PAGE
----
A new report suggests the number of strategic defaults might be well past the peak.
Deliberate defaults by borrowers who can afford to make their mortgage payments accounted for an estimated 19 percent of all defaults during the second-quarter 2009, according to the Experian-Oliver Wyman Market Intelligence Report released today.
Experian defined a strategic default as a mortgage that has been delinquent for at least six months from the initial default date.
First-half 2009 strategic defaults declined to 355,000 as new delinquencies tapered off. The report suggested strategic defaults might have peaked at the end of 2008.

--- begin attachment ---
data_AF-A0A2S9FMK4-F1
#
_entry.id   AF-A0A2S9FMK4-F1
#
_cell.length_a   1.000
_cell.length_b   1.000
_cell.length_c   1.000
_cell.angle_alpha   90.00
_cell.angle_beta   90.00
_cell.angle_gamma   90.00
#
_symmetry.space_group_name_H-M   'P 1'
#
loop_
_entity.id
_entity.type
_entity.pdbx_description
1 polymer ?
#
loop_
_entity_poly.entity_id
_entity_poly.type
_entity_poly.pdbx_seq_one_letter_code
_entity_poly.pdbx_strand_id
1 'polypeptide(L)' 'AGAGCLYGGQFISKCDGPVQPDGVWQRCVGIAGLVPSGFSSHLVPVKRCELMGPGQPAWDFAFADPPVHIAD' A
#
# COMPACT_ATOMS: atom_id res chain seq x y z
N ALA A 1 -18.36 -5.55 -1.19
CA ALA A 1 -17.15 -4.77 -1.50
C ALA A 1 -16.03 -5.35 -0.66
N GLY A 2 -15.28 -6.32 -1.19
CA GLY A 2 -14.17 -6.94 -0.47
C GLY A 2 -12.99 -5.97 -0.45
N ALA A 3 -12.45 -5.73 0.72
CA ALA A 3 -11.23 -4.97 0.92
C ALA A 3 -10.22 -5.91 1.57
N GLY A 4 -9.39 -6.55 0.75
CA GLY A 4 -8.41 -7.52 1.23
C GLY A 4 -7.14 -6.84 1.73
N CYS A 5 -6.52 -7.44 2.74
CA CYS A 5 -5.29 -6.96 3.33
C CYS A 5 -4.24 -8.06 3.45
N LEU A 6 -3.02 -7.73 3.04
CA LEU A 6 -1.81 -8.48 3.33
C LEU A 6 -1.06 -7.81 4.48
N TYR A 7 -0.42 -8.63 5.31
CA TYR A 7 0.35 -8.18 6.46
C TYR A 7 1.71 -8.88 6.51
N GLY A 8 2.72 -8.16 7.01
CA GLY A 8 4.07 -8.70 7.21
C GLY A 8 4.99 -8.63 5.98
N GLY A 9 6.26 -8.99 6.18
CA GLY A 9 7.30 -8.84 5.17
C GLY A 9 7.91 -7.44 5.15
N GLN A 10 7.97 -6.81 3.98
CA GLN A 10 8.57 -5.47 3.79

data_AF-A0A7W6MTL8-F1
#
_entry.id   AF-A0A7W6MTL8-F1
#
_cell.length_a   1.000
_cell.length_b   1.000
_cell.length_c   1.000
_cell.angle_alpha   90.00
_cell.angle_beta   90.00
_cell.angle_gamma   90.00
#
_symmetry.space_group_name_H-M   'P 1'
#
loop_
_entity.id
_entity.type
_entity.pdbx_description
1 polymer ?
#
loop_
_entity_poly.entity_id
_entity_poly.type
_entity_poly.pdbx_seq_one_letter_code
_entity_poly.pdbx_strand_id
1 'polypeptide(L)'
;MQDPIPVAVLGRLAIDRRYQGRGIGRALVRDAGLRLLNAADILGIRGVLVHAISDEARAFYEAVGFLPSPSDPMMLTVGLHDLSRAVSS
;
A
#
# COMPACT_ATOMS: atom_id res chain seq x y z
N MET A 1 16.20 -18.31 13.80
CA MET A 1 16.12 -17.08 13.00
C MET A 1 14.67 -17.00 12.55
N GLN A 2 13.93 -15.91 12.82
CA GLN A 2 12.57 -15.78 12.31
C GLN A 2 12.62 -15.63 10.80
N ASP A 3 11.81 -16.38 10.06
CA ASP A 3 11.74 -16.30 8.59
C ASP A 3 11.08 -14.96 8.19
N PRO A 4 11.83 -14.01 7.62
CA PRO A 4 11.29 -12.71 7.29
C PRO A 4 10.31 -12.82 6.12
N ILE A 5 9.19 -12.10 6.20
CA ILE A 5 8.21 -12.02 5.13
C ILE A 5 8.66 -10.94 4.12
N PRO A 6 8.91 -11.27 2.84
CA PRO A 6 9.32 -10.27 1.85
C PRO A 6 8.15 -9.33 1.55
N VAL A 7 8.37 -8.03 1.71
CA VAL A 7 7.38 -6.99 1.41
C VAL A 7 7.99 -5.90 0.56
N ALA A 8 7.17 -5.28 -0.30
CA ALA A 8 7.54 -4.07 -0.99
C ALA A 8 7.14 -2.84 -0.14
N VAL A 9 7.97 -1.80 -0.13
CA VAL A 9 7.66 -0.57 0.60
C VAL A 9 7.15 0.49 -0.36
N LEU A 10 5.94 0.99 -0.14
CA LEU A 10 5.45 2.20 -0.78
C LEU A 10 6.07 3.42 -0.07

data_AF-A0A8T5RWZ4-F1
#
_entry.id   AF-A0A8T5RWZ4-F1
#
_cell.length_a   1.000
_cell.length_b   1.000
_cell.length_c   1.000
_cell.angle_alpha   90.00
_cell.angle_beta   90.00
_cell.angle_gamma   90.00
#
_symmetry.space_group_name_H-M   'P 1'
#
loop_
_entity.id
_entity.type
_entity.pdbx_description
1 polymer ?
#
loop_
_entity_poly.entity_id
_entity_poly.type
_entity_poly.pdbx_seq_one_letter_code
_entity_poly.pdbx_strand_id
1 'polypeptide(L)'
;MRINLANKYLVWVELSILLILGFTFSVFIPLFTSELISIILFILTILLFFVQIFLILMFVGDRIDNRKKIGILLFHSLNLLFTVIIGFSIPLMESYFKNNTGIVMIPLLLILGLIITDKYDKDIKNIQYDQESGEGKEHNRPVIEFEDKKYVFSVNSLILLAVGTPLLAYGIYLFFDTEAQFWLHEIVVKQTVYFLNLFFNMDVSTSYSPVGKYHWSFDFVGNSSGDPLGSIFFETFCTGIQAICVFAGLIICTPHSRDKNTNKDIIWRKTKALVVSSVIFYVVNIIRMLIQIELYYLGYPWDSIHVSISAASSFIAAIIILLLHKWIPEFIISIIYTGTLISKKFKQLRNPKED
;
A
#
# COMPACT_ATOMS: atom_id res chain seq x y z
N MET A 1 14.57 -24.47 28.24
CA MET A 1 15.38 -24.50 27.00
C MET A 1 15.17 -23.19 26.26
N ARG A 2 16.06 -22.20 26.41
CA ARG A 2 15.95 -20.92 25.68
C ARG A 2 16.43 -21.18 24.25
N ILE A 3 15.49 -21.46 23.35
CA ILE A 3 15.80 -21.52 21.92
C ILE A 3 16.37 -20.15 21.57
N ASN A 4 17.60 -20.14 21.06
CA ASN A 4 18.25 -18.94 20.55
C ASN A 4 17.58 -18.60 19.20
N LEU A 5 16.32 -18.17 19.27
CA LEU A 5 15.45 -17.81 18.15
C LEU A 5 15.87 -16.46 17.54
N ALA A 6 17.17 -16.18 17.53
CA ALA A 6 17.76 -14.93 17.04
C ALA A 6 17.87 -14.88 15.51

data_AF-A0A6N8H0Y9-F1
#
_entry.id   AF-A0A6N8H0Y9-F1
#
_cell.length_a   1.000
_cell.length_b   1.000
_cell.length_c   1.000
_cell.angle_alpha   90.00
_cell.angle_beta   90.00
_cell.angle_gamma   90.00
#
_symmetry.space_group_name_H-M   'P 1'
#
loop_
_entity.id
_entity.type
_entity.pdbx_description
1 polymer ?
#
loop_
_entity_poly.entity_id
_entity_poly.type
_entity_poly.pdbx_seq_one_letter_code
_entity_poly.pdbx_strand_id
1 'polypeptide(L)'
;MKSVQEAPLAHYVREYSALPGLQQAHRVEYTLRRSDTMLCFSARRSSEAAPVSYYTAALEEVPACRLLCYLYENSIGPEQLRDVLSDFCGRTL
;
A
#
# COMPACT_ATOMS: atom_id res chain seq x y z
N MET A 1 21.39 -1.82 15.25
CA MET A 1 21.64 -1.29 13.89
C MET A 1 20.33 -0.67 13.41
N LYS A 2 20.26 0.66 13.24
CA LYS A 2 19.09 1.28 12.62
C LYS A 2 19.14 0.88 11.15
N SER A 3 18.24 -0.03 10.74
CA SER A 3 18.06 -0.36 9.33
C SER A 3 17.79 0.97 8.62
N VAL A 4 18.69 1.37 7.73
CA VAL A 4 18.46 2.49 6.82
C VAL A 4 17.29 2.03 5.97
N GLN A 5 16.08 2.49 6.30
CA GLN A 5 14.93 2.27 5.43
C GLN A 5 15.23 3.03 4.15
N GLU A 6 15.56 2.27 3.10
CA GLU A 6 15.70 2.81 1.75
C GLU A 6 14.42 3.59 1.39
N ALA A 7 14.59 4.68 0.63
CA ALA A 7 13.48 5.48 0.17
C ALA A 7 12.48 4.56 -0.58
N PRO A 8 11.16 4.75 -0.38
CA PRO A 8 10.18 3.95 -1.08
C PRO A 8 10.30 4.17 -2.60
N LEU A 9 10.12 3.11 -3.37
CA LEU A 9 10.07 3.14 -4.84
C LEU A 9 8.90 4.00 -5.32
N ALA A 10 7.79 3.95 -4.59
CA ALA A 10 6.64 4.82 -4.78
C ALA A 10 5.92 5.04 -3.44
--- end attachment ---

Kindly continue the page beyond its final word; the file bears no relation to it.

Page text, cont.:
In California, one of the markets with the steepest home-price declines, strategic defaults were running around 80 times higher than the national rate. Florida’s rate was 53 times higher.
Among the biggest abusers are investors with multiple first mortgages, “super-prime” borrowers with VantageScores of at least 901 and high-balance borrowers.
But the report said “there is reason to believe the phenomenon may have peaked, or be close to peaking.”
Experian noted that strategic defaulters with home-equity lines-of-credit are more likely to maintain their HELOC payments than their first mortgage payments. Around half of strategic borrowers were likely to default on their first mortgages before their HELOCs, versus around 30 percent for the overall population.